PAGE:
“Will he dare? Will he dare?” whispered Doris, and Oswald answered, though it seemed next to impossible that he could have heard her:
“He will dare. But will he survive it? Mr. Challoner,” he suddenly shouted in that gentleman’s ear, “what time is it now?”
Mr. Challoner, disengaging himself from their mutual grasp, knelt down by the lantern to consult his watch.
“One minute to eight,” he shouted back.
The forest was now a pandemonium. Great boughs, split from their parent trunks, fell crashing to the ground in all directions. The scream of the wind roused echoes which repeated themselves, here, there and everywhere. No rain had fallen yet, but the sight of the clouds skurrying pell-mell through the glare thrown up from the shed, created such havoc in the already overstrained minds of the three onlookers, that they hardly heeded, when with a clatter and crash which at another time would have startled them into flight, the swaying oval before them was whirled from its hinges and thrown back against the trees already bending under the onslaught of the tempest. Destruction seemed the natural accompaniment of the moment, and the only prayer which sprang to Oswald’s lips was that the motor whose throb yet lingered in their blood though no longer taken in by the ear, would either refuse to work or prove insufficient to lift the heavy car into this seething tumult of warring forces. His brother’s life hung in the balance against his fame, and he could not but choose life for him. Yet, as the multitudinous sounds about him yielded for a moment to that brother’s shout, and he knew that the moment had come, which would soon settle all, he found himself staring at the elliptical edge of the hangar, with an anticipation which held in it as much terror as joy, for the end of a great hope or the beginning of a great triumph was compressed into this trembling instant and if —
Great God! he sees it! They all see it! Plainly against that portion of the disc which still lifted itself above the further wall, a curious moving mass appears, lengthens, takes on shape, then shoots suddenly aloft, clearing the encircling tops of the bending, twisting and tormented trees, straight into the heart of the gale, where for one breathless moment it whirls madly about like a thing distraught, then in slow but triumphant obedience to the master hand that guides it, steadies and mounts majestically upward till it is lost to their view in the depths of impenetrable darkness.
Orlando Brotherson has accomplished his task. He has invented a mechanism which can send an air-car straight up from its mooring place. As the three watchers realise this, Oswald utters a cry of triumph, and Doris throws herself into Mr. Challoner’s arms. Then they all stand transfixed again, waiting for a descent which may never come.
But hark! a new sound, mingling its clatter with all the others. It is the rain. Quick, maddening, drenching, it comes; enveloping them in wet in a moment. Can they hold their faces up against it?
And the wind! Surely it must toss that aerial messenger before it and fling it back to earth, a broken and despised toy.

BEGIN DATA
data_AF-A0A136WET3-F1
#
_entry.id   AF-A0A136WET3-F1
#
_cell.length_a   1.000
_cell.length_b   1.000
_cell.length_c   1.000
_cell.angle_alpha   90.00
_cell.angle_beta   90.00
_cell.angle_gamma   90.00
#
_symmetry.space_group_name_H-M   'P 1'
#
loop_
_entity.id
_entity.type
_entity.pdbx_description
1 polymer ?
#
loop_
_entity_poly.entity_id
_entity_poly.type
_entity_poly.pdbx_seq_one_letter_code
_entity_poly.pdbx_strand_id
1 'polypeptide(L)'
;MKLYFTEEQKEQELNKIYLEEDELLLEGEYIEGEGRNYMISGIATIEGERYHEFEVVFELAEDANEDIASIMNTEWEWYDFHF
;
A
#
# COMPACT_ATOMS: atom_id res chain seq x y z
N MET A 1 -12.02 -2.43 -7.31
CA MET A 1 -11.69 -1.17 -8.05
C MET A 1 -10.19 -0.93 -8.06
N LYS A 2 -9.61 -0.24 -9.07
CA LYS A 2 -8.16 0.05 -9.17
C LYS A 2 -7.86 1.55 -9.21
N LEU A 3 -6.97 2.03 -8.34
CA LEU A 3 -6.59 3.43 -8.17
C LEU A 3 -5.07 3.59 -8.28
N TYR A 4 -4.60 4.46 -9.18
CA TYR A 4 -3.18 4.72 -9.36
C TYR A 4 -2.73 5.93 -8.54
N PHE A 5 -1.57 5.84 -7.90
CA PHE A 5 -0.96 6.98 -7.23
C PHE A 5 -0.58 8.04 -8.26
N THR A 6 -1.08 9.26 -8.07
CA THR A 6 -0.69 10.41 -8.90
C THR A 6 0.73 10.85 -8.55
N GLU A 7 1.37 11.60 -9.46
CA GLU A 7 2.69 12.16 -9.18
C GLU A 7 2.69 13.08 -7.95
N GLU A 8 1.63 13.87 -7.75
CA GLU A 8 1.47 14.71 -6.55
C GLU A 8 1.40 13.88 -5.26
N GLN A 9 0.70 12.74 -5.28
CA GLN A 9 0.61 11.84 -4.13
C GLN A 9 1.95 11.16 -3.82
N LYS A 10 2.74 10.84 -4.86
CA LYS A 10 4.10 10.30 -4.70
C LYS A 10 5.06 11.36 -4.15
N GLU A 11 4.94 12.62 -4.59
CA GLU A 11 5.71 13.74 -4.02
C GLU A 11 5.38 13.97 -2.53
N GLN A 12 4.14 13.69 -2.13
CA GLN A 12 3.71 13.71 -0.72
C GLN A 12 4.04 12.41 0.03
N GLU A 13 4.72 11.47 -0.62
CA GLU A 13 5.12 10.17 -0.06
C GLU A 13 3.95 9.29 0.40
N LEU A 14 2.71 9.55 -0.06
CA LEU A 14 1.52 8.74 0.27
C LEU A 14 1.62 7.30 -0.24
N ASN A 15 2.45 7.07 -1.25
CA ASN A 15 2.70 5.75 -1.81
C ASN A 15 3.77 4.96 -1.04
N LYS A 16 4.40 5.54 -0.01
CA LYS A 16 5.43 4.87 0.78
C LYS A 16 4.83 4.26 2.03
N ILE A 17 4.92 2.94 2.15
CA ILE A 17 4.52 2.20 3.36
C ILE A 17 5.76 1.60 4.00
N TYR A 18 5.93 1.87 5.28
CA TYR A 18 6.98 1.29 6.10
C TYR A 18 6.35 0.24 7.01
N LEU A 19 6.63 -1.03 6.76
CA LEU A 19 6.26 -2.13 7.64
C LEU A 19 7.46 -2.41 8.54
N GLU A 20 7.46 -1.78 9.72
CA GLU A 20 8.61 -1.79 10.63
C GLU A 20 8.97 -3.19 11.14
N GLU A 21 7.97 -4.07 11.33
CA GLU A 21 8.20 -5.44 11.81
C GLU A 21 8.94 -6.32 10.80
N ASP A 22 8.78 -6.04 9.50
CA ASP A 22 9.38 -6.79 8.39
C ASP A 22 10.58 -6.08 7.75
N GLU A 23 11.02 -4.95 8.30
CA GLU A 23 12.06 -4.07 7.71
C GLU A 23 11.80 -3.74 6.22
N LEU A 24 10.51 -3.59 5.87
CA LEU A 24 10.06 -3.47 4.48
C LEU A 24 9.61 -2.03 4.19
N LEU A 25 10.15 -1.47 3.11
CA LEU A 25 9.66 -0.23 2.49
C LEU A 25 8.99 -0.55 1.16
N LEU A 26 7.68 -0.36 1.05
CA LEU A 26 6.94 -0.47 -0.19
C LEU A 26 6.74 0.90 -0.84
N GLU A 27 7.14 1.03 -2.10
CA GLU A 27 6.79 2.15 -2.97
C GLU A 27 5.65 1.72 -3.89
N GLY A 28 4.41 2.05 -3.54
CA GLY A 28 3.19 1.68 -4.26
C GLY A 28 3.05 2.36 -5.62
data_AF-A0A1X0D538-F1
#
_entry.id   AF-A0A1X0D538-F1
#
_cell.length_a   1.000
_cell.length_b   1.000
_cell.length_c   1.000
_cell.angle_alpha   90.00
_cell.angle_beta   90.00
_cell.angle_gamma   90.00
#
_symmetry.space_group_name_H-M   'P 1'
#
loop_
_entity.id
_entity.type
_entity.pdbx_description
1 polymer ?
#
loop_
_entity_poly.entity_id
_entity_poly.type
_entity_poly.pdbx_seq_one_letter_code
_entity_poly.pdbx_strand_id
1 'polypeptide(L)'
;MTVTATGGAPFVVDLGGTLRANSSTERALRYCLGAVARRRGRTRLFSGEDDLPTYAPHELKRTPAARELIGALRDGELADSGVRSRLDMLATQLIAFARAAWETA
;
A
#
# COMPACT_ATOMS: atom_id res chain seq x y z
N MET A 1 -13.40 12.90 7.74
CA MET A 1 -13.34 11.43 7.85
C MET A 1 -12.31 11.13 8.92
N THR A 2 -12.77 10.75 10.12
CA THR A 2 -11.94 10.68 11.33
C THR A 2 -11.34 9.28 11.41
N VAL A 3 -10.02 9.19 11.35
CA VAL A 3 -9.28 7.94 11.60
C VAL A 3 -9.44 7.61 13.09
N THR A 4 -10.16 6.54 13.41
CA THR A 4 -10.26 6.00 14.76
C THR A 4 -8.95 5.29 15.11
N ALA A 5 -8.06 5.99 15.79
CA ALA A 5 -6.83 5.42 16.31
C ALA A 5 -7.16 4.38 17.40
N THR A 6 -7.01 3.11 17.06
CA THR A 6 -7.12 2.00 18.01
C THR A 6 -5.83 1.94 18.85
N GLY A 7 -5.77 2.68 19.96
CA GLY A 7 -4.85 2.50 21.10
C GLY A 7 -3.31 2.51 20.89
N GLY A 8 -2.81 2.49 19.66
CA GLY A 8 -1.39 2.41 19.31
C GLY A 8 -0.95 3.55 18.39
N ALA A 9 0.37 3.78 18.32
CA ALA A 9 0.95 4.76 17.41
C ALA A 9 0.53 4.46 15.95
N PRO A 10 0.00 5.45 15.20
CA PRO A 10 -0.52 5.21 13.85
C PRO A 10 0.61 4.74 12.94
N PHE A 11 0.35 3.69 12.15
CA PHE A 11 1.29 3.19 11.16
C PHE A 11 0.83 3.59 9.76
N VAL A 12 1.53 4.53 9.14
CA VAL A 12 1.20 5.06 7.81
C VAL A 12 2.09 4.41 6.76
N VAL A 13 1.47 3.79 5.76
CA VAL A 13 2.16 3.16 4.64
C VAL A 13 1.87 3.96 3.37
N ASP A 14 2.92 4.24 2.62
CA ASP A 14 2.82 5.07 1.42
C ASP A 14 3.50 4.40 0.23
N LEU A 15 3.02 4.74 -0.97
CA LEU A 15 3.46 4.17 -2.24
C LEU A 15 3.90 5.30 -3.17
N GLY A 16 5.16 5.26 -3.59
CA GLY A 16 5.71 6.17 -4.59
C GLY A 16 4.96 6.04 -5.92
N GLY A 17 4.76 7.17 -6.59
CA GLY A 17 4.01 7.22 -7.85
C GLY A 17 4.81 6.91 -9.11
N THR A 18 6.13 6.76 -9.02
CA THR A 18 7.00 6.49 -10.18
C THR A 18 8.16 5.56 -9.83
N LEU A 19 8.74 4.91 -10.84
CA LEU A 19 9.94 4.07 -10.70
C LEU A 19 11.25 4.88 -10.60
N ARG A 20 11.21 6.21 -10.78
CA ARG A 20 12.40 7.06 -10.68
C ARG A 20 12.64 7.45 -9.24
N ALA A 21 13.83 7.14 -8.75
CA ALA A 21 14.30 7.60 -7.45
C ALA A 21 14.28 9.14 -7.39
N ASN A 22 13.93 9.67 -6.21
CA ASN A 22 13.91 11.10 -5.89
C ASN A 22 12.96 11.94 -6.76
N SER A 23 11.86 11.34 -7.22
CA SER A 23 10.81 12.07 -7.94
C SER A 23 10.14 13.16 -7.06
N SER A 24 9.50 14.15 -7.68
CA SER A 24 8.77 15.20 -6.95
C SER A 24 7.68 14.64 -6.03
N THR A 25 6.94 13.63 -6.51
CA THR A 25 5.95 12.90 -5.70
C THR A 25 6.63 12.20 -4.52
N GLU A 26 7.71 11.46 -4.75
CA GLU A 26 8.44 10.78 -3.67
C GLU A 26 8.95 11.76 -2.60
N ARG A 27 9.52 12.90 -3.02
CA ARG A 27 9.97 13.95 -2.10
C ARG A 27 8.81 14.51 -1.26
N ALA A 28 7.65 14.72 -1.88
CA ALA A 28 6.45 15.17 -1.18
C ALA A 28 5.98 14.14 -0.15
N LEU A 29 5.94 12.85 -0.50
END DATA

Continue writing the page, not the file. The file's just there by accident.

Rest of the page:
“Orlando?” went up in a shriek. “Orlando?” Oh, for a ray of light in those far-off heavens For a lull in the tremendous sounds shivering the heavens and shaking the earth! But the tempest rages on, and they can only wait, five minutes, ten minutes, looking, hoping, fearing, without thought of self and almost without thought of each other, till suddenly as it had come, the rain ceases and the wind, with one final wail of rage and defeat, rushes away into the west, leaving behind it a sudden silence which, to their terrified hearts, seems almost more dreadful to bear than the accumulated noises of the moment just gone.
Orlando was in that shout of natural forces, but he is not in this stillness. They look aloft, but the heavens are void. Emptiness is where life was. Oswald begins to sway, and Doris, remembering him now and him only, has thrown her strong young arm about him, when — What is this sound they hear high up, high up, in the rapidly clearing vault of the heavens! A throb — a steady pant — drawing near and yet nearer — entering the circlet of great branches over their heads — descending, slowly descending — till they catch another glimpse of those hazy outlines which had no sooner taken shape than the car disappeared from their sight within the elliptical wall open to receive it.
It had survived the gale! It has re-entered its haven, and that, too, without colliding with aught around or any shock to those within, just as Orlando had promised; and the world was henceforth his! Hail to Orlando Brotherson!
Oswald could hardly restrain his mad joy and enthusiasm. Bounding to the door separating him from this conqueror of almost invincible forces, he pounded it with impatient fist.
“Let me in!” he cried. “You’ve done the trick, Orlando, you’ve done the trick.”
“Yes, I have satisfied myself,” came back in studied self-control from the other side of the door; and with a quick turning of the lock, Orlando stood before them.
They never forgot him as he looked at that moment. He was drenched, battered, palpitating with excitement; but the majesty of success was in his eye and in the bearing of his incomparable figure.
As Oswald bounded towards him, he reached out his hand, but his glance was for Doris.
“Yes,” he went on, in tones of suppressed elation, “there’s no flaw in my triumph. I have done all that I set out to do. Now —”
Why did he stop and look hurriedly back into the hangar? He had remembered Sweetwater. Sweetwater, who at that moment was stepping carefully from his seat in some remote portion of the car. The triumph was not complete. He had meant —
But there his thought stopped. Nothing of evil, nothing even of regret should mar his great hour. He was a conqueror, and it was for him now to reap the joy of conquest.
Last updated Monday, December 22, 2014 at 10:50